For these three unfortunates, their deaths left an undeniable mark on the world – in that they truly were very strange.
Charles II, King of Navarre
Cause of death: Set on fire by accident
Charles II, King of Navarre, also known as “Charles the Bad” was not a terribly nice man (as his nickname foretells). He is well known for murdering anyone in his path to glory and greatness, and it is for this reason that his death is quite a fitting one!
It has been said that he contracted a form of skin disease, variously considered to be leprosy, syphilis or psoriasis, and his death has been quoted throughout history as:
“Charles the Bad, having fallen into such a state of decay that he could not make use of his limbs, consulted his physician, who ordered him to be wrapped up from head to foot, in a linen cloth impregnated with brandy, so that he might be enclosed in it to the very neck as in a sack. It was night when this remedy was administered. One of the female attendants of the palace, charged to sew up the cloth that contained the patient, having come to the neck, the fixed point where she was to finish her seam, made a knot according to custom; but as there was still remaining an end of thread, instead of cutting it as usual with scissors, she had recourse to the candle, which immediately set fire to the whole cloth. Being terrified, she ran away, and abandoned the king, who was thus burnt alive in his own palace.”
Manner of death: Too much exercise
In 1977, Jim Fixx published the book “The Complete Book of Running“, and is credited with bringing the fitness craze to America.
He started running when he was 35 years old, in 1967. He was overweight, at 110kg, and smoked two packets of cigarettes a day. By the time his book was published he had quit smoking and was 27kg lighter.
In his book and during interviews, he spoke strongly of the virtues of physical exercise and how it increased the average life expectancy.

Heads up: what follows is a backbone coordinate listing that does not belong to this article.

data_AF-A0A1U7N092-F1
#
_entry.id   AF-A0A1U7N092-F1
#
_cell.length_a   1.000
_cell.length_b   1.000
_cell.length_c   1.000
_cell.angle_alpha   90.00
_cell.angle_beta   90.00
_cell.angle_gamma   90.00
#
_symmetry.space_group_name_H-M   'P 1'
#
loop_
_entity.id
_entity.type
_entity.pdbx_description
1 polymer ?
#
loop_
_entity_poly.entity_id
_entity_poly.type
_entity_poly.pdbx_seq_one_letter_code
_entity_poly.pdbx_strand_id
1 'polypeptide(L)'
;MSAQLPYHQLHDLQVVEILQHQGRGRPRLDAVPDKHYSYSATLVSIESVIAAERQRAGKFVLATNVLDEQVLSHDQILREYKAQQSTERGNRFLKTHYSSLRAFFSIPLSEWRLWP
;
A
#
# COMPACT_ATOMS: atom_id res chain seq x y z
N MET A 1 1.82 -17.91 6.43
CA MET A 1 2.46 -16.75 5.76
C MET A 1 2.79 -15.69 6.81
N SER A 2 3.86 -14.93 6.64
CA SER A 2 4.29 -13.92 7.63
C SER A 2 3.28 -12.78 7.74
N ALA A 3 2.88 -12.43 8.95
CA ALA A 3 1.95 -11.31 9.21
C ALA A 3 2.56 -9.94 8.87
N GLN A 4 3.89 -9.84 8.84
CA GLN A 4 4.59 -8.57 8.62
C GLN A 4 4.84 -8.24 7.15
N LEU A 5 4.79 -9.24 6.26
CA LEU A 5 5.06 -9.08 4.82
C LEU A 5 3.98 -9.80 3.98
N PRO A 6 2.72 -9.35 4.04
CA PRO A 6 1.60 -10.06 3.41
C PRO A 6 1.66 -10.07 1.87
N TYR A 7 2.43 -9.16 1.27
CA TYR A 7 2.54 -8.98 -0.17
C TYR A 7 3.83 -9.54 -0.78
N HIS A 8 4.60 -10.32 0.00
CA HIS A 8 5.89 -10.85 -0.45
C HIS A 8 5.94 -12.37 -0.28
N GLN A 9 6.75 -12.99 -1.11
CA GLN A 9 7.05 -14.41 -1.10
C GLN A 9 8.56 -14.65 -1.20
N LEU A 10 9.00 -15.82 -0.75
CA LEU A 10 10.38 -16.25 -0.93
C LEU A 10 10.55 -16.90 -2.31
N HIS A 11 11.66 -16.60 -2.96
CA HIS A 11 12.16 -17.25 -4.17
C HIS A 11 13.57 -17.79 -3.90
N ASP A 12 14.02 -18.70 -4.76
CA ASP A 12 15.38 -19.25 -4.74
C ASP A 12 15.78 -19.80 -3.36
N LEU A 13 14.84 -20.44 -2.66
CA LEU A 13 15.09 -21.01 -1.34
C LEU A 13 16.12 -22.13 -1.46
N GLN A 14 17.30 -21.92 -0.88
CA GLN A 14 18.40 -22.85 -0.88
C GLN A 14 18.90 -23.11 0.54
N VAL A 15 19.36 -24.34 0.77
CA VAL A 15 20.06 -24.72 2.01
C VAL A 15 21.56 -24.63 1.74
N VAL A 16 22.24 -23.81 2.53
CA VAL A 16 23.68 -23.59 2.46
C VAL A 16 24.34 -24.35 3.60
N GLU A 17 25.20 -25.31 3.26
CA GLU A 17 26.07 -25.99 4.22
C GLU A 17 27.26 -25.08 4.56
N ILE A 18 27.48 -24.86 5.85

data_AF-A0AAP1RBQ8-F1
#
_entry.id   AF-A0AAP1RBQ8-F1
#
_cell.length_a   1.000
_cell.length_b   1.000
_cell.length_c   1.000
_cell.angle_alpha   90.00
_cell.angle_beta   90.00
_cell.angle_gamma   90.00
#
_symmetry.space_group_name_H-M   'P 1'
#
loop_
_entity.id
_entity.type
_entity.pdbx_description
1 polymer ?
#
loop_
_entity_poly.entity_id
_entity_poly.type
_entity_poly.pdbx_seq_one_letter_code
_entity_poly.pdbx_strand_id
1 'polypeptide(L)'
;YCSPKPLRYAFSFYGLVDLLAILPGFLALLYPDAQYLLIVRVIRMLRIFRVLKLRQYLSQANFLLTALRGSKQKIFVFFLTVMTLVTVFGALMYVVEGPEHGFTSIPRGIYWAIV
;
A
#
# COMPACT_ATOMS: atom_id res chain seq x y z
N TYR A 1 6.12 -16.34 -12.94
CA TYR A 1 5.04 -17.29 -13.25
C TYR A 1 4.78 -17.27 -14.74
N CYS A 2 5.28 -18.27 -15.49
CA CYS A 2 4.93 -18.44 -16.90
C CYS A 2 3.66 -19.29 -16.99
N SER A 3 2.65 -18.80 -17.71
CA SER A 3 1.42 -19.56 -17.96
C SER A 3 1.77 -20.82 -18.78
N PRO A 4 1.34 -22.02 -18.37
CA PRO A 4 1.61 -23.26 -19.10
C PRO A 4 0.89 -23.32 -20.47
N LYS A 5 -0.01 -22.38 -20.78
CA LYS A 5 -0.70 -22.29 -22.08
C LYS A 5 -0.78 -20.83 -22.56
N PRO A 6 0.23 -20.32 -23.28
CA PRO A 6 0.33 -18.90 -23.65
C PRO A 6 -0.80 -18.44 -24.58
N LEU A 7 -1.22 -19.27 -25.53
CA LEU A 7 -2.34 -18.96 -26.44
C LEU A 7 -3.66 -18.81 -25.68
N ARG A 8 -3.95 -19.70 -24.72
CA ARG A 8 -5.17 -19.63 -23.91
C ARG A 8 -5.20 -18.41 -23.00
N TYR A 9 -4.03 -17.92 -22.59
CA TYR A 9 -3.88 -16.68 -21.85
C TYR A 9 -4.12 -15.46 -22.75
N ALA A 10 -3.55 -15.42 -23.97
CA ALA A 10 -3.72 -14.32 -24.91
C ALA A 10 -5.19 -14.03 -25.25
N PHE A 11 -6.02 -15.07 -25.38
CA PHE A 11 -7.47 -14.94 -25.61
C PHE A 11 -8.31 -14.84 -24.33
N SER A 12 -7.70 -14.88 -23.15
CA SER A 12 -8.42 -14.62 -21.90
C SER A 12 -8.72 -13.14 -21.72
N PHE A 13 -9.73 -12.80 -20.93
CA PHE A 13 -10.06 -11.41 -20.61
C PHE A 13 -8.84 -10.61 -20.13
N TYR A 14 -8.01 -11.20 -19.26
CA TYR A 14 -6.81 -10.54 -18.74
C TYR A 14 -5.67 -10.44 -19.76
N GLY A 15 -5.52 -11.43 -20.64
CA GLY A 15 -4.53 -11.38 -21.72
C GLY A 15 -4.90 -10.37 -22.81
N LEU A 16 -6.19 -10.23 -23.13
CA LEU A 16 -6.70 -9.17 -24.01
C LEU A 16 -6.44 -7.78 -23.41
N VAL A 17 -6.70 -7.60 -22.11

Unfortunately for him, it was not to be… Mr Fixx died at age 52 of a fulminant heart attack, after his daily run… I knew there was a reason I don’t exercise!
Manner of Death: Mummys Curse
Lord Porchester – born George Edward Stanhope Molyneux Herbert, 5th Earl of Carnarvon in 1866, was a member of the English aristocracy, and a very wealthy man. He is best remembered as the financial backer in the search for, and excavation of King Tutankhamun’s Tomb in Egypt.
Lord Porchester grew up as all wealthy aristocratic males did back then, thoroughly educated and thoroughly spoiled. After dabbling in automobiles (in which he had a serious accident which left him severely injured), he moved on to Egyptology, and sponsored the excavation of a nobles tomb in 1907.
In 1914 he received permission to excavate in the Valley of the Kings – and although this sounds like the start of the Stargate movie, I don’t believe a gate to other planets, ruled by Goa'uld was discovered... instead, he discovered the tomb of the young king Tutankhamun – smack bang in the Valley of the Kings. This tomb had treasures unlike any ever recorded being found in a tomb.
Due to grave robbing over the centuries, not many tombs were intact when discovered by relatively modern day excavators, so King Tut’s tomb, to be in the state it was in, was a marvel!
In March, 1923, Lord Porchester was bitten by a mosquito. To aggravate matters further, he then shaved over the bite, which led to infection.
Although it is supposed he died of blood poisoning which progressed to pneumonia, the “Curse of Tutankhamum” claimed its first official victim when he died on 25 March.
Put together by Ashley Hall 2013